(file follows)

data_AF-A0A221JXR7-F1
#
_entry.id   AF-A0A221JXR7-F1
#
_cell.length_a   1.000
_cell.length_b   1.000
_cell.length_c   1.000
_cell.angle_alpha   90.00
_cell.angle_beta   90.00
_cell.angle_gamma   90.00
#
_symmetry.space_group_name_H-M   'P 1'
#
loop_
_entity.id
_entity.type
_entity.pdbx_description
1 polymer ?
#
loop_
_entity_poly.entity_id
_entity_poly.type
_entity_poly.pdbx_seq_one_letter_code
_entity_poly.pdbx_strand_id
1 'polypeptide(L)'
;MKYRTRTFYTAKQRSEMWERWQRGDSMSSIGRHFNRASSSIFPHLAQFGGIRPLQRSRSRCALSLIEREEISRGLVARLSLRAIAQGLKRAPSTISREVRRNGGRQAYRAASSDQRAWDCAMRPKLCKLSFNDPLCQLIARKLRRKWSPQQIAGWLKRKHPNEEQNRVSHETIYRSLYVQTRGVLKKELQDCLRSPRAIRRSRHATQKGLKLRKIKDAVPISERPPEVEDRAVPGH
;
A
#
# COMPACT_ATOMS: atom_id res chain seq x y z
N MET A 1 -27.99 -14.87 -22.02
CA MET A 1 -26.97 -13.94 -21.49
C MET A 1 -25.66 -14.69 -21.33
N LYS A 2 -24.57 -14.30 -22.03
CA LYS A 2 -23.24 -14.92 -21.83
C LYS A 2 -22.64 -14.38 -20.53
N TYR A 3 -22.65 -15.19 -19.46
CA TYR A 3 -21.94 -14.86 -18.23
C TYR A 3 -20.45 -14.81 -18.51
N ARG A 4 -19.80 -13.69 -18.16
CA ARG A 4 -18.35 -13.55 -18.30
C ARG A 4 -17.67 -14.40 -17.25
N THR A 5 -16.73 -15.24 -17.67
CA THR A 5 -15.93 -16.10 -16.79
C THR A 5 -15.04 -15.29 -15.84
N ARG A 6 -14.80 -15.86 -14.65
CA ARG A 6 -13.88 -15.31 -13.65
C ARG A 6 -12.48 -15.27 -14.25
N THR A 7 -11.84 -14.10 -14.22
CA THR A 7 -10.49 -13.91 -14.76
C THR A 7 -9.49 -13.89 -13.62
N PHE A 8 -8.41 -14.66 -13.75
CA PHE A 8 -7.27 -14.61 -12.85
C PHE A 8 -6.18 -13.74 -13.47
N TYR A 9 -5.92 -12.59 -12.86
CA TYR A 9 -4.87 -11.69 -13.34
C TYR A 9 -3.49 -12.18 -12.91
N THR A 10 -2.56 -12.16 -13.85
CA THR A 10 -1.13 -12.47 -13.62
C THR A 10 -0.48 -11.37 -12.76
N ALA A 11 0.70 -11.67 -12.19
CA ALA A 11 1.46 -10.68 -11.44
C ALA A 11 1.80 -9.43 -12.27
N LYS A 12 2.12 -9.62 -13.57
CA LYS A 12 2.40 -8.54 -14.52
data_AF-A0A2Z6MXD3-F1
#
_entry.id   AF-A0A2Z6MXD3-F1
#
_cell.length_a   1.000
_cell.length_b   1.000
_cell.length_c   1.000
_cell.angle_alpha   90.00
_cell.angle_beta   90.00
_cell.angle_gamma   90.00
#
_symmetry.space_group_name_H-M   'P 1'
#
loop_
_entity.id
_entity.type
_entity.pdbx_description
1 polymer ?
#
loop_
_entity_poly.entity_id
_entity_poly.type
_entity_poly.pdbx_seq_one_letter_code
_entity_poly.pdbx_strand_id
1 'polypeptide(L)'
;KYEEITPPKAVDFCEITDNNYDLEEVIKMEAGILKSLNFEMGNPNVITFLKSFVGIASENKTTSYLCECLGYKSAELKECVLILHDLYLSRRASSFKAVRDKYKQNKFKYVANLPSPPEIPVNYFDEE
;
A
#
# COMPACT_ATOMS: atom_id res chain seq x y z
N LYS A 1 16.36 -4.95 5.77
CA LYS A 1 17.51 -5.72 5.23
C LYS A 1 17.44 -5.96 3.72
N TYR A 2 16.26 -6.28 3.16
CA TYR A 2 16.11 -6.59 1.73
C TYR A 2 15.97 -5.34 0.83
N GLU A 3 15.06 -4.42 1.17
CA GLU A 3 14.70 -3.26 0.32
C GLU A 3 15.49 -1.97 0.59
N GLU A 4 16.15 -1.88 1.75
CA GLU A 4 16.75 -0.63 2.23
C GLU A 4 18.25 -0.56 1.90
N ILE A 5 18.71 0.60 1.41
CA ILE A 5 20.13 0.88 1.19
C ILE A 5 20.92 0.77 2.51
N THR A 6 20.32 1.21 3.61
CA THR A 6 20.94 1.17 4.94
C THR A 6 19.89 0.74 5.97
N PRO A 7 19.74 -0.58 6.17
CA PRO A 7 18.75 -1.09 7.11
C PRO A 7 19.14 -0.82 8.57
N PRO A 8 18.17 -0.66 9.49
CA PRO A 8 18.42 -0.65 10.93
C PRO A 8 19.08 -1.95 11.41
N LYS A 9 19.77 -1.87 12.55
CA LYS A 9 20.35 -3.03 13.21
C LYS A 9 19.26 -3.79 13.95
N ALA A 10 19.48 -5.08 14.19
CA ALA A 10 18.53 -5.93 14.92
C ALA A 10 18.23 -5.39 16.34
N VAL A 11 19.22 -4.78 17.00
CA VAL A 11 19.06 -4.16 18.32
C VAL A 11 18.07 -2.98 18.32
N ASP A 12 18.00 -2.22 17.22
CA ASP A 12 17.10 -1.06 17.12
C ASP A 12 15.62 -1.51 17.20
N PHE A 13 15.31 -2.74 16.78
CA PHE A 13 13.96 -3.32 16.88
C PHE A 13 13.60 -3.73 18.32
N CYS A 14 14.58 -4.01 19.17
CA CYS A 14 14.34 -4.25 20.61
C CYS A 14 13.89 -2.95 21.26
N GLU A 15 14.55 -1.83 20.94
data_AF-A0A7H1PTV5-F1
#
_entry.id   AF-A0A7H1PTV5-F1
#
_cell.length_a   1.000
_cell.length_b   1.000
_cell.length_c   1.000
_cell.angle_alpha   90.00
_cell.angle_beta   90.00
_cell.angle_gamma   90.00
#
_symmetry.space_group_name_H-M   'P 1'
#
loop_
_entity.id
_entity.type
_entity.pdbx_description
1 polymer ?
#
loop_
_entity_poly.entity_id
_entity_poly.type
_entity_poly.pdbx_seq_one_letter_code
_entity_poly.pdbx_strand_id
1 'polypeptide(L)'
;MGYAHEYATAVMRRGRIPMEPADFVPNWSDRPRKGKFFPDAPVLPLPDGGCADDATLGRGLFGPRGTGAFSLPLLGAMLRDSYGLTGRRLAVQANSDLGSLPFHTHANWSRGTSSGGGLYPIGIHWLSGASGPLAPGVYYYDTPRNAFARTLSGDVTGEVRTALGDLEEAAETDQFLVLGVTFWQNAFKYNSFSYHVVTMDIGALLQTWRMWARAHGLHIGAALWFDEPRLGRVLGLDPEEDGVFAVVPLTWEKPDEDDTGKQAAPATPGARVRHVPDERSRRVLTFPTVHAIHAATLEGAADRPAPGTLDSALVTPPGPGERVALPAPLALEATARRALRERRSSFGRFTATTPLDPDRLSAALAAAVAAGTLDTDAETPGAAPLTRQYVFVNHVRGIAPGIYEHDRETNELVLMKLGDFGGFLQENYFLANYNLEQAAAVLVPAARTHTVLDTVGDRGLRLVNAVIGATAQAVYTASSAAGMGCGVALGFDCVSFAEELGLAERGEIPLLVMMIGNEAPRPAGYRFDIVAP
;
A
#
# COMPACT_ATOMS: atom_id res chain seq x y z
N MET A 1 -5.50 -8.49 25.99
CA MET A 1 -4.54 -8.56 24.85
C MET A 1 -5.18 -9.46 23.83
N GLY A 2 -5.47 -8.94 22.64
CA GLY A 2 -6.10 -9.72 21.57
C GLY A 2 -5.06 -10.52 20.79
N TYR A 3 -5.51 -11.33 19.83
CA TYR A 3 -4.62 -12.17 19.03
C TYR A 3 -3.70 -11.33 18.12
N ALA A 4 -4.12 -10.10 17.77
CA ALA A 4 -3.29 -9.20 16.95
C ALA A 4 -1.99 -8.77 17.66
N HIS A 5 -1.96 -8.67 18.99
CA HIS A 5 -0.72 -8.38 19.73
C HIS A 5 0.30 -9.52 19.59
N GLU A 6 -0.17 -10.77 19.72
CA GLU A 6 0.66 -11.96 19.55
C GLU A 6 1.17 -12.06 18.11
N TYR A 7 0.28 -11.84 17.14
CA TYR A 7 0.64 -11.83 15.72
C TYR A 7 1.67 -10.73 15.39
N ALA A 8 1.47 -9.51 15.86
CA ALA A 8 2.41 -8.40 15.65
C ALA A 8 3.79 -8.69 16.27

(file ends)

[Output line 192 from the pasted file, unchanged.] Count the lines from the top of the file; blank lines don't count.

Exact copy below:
C ALA A 8 3.79 -8.69 16.27